Executive director at the government information hub, the Uganda Media Centre, Mr Ofwono Opondo said: “Kadaga standing against Mr Museveni is a non-issue to us. She is inconsequential even in Busoga and among women. In fact, Kadaga is one of the vulnerable politicians and easy to handle at elections. Just check her margins. She is just noisy and erratic.”
On the other hand, Kabale Diocese’s very political Fr Gaetano Batanyenda, the chairman of the Kigezi Inter-Religious Forum, says: “Our Speaker of Parliament, Rt Hon Rebecca Kadaga has demonstrated capacity to lead this country as President because of her pro-people and pro-poor approach both in Parliament and outside. Since men have ruled Uganda for the last 49 years, it is time now to have a woman President. Countries led by women presidents are stable and developing at a fast rate. Have a look at Brazil and Germany.”
A group of unidentified people have opened a Facebook forum: Rebecca Kadaga for President 2016. It is resplendent with alluring snapshots and fawning stories-- tracking the first female Speaker.
Is it all innocent and genuine acclaim, who could be driving this campaign which is not unlike the usual ruse by politicians who invoke the name of ‘the people’ to justify their wishes to remain in office?
Her spokesperson, Ms Ranny Ismail, denies any connection to the social media campaigns.
On Facebook, Ms Kadaga fans describe her as a politician who has already shown that she is principled and that she cares. They add: “...imagine her running the country with Jennifer Musisi as her Prime Minister.”
Another post reads: “Kadaga sounds more presidential by the day. Careful though not to get drunk on ruling by ‘orders’” – a possible reference to the Speaker’s tendency to be abrupt at times.
There is also a blog: The case for Kadaga 2016. On this blog, Ms Kadaga is commended as a “highly educated and feisty [lady] who has proved that she is not a fawning poodle and that “she has passed the test with aplomb”.
Repeated efforts to get the Speaker for comment failed. But Ms Ismail repeated her boss’ line: that she does not have control over what people say about her. She also said Ms Kadaga does not have a campaign team for 2016 elections and that she is doing her work as a Speaker. Ms Ranny talked of Ms Kadaga’s passion for the people. She said the Facebook fans page was set up by voters in Kamuli.
Understandably, the nationwide recognition of the Speaker’s abilities is exciting to her followers. But the more realistic among them still believe it would be a waste of time should Mr Museveni decide to run again.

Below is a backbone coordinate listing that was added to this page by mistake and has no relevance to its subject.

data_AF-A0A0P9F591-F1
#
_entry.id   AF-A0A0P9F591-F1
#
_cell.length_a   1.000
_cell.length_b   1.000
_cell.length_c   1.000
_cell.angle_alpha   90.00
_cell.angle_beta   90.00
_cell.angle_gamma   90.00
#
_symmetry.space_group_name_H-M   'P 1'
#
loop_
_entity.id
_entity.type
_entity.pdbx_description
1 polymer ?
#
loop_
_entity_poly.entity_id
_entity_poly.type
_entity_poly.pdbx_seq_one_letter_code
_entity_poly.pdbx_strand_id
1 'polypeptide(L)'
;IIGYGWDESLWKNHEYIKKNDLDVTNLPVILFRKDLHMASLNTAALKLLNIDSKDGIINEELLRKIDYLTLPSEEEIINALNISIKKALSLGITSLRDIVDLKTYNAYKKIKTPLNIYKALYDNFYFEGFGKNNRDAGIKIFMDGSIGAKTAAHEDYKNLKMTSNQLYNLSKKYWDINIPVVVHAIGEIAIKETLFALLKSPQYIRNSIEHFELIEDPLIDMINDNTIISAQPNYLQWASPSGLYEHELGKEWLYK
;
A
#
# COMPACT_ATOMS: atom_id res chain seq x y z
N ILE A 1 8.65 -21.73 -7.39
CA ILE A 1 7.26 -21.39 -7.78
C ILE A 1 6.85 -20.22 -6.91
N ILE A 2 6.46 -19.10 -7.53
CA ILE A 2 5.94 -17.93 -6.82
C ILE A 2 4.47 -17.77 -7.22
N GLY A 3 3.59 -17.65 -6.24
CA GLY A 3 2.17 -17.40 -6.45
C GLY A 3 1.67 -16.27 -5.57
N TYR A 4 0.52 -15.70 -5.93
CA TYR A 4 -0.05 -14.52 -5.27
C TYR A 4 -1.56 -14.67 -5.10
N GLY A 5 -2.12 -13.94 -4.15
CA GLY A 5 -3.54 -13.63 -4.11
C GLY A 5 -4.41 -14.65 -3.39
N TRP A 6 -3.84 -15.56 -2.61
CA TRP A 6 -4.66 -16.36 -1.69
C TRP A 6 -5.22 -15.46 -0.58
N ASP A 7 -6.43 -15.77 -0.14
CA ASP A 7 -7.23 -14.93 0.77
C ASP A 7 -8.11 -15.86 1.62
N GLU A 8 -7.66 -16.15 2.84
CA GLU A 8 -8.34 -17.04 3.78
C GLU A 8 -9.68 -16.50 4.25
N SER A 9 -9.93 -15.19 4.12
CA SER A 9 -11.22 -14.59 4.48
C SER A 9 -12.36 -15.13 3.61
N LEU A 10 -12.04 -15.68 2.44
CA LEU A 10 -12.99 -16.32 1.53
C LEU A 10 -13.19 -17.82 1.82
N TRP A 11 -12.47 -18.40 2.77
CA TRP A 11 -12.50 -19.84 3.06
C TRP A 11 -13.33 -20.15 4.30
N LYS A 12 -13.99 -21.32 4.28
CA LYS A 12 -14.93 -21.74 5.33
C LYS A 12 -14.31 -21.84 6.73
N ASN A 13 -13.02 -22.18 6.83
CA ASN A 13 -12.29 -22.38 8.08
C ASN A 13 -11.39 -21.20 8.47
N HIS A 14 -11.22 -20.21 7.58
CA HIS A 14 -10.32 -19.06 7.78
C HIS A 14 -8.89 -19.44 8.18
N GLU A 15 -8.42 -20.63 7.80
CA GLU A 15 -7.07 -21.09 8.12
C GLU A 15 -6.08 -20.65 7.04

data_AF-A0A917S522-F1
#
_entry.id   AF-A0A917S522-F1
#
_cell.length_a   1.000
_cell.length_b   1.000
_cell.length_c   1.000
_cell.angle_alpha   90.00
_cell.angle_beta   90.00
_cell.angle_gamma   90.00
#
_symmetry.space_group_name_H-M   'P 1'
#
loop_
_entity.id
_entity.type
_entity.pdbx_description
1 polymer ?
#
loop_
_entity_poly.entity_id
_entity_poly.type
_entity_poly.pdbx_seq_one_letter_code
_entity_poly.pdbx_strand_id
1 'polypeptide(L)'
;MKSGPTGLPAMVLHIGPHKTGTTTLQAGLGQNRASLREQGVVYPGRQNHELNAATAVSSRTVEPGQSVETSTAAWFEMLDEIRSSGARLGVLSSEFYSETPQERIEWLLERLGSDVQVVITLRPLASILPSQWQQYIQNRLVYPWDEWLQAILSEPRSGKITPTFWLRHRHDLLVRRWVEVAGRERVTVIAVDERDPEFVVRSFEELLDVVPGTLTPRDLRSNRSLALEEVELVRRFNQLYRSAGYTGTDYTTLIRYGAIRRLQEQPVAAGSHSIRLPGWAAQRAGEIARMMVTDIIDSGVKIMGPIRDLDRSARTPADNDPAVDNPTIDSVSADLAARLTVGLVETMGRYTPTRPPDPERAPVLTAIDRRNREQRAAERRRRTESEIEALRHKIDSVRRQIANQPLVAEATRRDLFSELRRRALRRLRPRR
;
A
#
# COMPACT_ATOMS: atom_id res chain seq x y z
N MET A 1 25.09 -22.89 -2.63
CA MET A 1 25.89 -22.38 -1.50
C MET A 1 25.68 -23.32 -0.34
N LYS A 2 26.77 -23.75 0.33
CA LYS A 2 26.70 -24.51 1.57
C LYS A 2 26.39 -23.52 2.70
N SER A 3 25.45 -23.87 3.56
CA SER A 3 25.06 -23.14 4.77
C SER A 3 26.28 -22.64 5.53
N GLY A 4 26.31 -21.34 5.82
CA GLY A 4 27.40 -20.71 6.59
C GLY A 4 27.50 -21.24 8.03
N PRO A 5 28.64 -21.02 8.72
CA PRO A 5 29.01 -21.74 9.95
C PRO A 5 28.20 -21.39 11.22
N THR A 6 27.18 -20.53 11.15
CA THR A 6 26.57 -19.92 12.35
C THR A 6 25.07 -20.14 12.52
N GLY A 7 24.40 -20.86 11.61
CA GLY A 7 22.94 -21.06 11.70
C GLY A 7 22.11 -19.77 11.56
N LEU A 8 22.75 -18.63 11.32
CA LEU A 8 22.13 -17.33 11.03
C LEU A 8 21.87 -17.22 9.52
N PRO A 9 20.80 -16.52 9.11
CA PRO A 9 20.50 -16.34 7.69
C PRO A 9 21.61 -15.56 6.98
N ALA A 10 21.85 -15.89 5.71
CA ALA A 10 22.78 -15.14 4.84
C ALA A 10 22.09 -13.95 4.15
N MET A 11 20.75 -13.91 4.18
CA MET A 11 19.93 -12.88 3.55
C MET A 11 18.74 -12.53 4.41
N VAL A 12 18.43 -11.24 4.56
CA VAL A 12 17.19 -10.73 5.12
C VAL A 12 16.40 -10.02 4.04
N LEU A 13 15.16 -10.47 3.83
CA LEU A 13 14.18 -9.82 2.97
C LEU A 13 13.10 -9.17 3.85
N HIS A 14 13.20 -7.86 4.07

Bugabula South MP Asuman Kiyingi, also the State Minister for Foreign Affairs, who said he was speaking like any Ugandan, said Ms Kadaga has every right to aspire to the high office. Bugabula is found in Kamuli but the MP says his views are not influenced by this fact.
“Busoga as a region is part of Uganda and having one of our own assume the highest office has a redeeming effect from every perspective. It is wrong to expect Basoga to support Kadaga simply because she is a Musoga. It must be because of demonstrated leadership capability and competence. If at the time of making a decision on the country’s top leadership she is the most capable, then so be it.”
“I must add, however, that much as a good number of Basoga think Kadaga’s time has come, there are those who are calling for caution given that President Museveni may still be available come 2016. If this happens to be the case, I will persuade the Speaker and other comrades not to waste time.”
Mr Nicholas Opiyo, the secretary general of the Uganda Law Society, who spoke in his private capacity, observed that there is a certain feeling of solidarity from certain sections of the Ugandan society extending beyond ethnic inclinations. He said Busoga’s call for Kadaga to contest is not necessarily borne out of “ethnic sentiment” but a “feeling of neglect” since 1986.
“Busoga was the industrial hub for Uganda. It is now a shadow of itself,” Mr Opiyo said, adding that the poverty levels in Busoga are terrifying. “Any group faced with that sort of situation would no doubt cry to their own for help but that cry is not necessarily tribal,” he said.
Other analysts said the decision to contest for the presidency must be her own and not one borne out of a so-called demand of the people. They said the calls for her to contest may not, in fact, be because they believe in her ability to unseat President Museveni, but might simply represent a certain level of dissatisfaction with Museveni’s empty promises to the people of Busoga, the women and indeed the whole country.